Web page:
What I can do

“Lisa, I hate to tell you to stop working out …”

This is the statement my doctor kept repeating yesterday while she was checking out my foot (turns out I have developed plantar faciitis … boo).  I looked at her with a steady gaze and asked, “Can I still swim?  How about cycle?”  She looked at me, thought for a brief moment, and said, “Well of course you can do those!”  I asked her, “Just to clarify, the only thing I can’t do right now is run, right?”  She brightened up and replied, “Yes.  You’re still good to swim & cycle.”

Well, that was an easy fix!

So the Mission 10K on the 9th is out … unless I want to continue training and make the plantar faciitis worse. I’m not willing to play that game … especially since I’ve already registered for the Wine Run on May 14th and I have no plans to miss that!

I must confess, I’m not used to people telling me what I can’t do.  I don’t look at life through a glass half-empty.  We all have our limitations.  So what?  Even mountains can be scaled by blind men.  And men without limbs can travel the world to share an incredible message.  Who needs limbs? Or sight?

I am an educator.  I work with children with disabilities.  I have spent the past dozen years of my life helping my kids (and the teachers that work with them) find ways to be successful in spite of their physical or intellectual obstacles.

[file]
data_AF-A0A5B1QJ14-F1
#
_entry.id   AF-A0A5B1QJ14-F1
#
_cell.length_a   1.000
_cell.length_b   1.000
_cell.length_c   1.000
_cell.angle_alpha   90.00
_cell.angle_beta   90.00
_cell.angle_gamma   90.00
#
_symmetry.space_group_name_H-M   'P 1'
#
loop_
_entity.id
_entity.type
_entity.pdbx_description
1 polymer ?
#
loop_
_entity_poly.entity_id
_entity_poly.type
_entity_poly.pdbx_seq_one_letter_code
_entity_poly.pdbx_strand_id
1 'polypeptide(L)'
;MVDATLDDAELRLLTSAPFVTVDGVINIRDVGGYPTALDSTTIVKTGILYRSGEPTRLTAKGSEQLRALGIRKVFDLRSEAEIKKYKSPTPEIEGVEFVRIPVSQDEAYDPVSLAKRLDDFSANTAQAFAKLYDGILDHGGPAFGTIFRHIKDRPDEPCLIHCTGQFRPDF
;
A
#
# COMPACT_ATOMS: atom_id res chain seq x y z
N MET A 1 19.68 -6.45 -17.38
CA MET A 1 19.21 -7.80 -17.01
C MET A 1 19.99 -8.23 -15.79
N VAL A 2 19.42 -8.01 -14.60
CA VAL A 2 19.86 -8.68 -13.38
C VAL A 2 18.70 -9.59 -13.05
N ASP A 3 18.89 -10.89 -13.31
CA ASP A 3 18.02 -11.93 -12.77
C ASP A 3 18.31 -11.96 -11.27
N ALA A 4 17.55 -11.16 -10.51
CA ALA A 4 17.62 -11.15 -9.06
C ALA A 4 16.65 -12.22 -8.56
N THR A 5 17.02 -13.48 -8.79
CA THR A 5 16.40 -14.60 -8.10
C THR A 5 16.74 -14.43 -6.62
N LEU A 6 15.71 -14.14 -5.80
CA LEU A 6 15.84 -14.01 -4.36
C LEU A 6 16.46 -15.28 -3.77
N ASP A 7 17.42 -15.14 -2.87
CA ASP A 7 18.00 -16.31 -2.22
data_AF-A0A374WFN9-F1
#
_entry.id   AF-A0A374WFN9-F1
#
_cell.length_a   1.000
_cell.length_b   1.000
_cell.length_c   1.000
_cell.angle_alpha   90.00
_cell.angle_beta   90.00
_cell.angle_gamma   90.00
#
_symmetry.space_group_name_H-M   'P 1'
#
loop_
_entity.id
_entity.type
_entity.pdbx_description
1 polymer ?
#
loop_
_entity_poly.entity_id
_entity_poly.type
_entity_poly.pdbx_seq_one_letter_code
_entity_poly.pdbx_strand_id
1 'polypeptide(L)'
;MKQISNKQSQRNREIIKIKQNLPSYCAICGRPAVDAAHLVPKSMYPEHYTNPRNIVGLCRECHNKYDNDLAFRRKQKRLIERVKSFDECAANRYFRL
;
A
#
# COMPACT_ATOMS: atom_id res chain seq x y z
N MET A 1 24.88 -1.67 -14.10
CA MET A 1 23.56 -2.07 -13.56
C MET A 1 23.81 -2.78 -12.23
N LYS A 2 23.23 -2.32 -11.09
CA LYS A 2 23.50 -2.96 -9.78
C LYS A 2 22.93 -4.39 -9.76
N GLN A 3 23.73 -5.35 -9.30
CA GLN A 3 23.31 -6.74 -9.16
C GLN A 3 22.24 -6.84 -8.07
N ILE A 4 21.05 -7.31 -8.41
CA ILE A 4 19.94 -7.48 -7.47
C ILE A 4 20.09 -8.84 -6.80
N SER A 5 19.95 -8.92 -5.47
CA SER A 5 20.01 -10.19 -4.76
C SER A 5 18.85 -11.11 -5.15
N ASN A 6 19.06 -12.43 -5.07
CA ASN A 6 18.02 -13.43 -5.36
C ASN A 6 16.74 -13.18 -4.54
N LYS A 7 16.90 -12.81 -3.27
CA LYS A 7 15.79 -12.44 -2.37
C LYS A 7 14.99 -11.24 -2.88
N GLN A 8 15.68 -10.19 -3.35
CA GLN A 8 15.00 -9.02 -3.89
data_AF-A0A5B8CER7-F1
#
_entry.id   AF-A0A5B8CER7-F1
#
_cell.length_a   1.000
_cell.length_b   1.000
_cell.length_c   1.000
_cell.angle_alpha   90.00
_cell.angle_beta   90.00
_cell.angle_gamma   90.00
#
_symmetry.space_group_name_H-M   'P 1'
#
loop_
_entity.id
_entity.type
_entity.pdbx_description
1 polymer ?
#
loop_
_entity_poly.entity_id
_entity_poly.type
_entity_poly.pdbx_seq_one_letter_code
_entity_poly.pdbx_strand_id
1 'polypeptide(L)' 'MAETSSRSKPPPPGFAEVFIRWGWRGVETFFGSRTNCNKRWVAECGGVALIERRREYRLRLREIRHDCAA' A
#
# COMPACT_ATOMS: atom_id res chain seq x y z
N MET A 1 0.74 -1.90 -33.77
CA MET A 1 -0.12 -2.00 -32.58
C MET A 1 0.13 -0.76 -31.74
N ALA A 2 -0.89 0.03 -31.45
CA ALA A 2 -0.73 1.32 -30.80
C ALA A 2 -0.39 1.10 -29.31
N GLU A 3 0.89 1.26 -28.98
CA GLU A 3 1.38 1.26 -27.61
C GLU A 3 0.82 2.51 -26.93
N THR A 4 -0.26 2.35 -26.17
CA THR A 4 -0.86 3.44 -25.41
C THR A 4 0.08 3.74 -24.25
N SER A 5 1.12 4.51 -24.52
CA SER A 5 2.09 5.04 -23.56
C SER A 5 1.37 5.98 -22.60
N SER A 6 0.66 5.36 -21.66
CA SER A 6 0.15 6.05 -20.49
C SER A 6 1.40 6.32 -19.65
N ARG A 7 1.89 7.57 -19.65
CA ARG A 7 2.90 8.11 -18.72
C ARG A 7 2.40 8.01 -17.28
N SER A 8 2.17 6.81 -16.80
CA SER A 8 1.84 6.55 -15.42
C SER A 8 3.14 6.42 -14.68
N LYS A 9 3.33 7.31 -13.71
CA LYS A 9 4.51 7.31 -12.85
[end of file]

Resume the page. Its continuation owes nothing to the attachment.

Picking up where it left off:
I agree whole-heartedly with Taylor Mali. I wanted to shout at my doctor to not tell me what I can’t do but what I CAN!

“Lisa, I hate to tell you to stop working out …”

Okay.  Then don’t.

Remembering Mr. Bole

A good friend of mine, the law professor, sent me a message yesterday morning letting me know that one of my favorite teachers had passed a way this week.

I received her message just before I was due to step into my annual evaluation.  I grimaced at the irony.

We were told during our pre-conference a couple of weeks ago that the focus of this year’s evaluation would be on what we are doing to impact/enhance/improve student achievement.  I’ve spent the last several days seriously reflecting on what it is I do on a daily basis that improves student achievement on my campuses and I was prepping for the conversation concerning this topic when I received the news about Mr. Bole.

And I got to thinking: What is it I do … what do I REALLY do … that impacts students?  What was it about being in Mr. Bole’s class that impacted me so much that he is in the honored position of being one of my favorite teachers?

Was he an exceptionally tough teacher? No, in fact his class was fairly easy.  Of course with Da being former law enforcement, I had an interest in the subject.

Can I remember a single lesson from that class? (It was Law Enforcement) No.  But I do remember falling through the hole in the floor of that stupid portable because I wasn’t paying attention to where I was walking.

I don’t have single memories of Mr. Bole, but a whole collage of memories, both during and after high school when the law professor, a couple other friends and I would stop by his house in the evening just to visit with him and his wife.

I remember him, not for the subject that he taught us in school but for teaching us about being there for each other.  He was a relationship-builder.  He would talk with us, not to us.  We weren’t just students, but people.  He respected us and listened when we talked.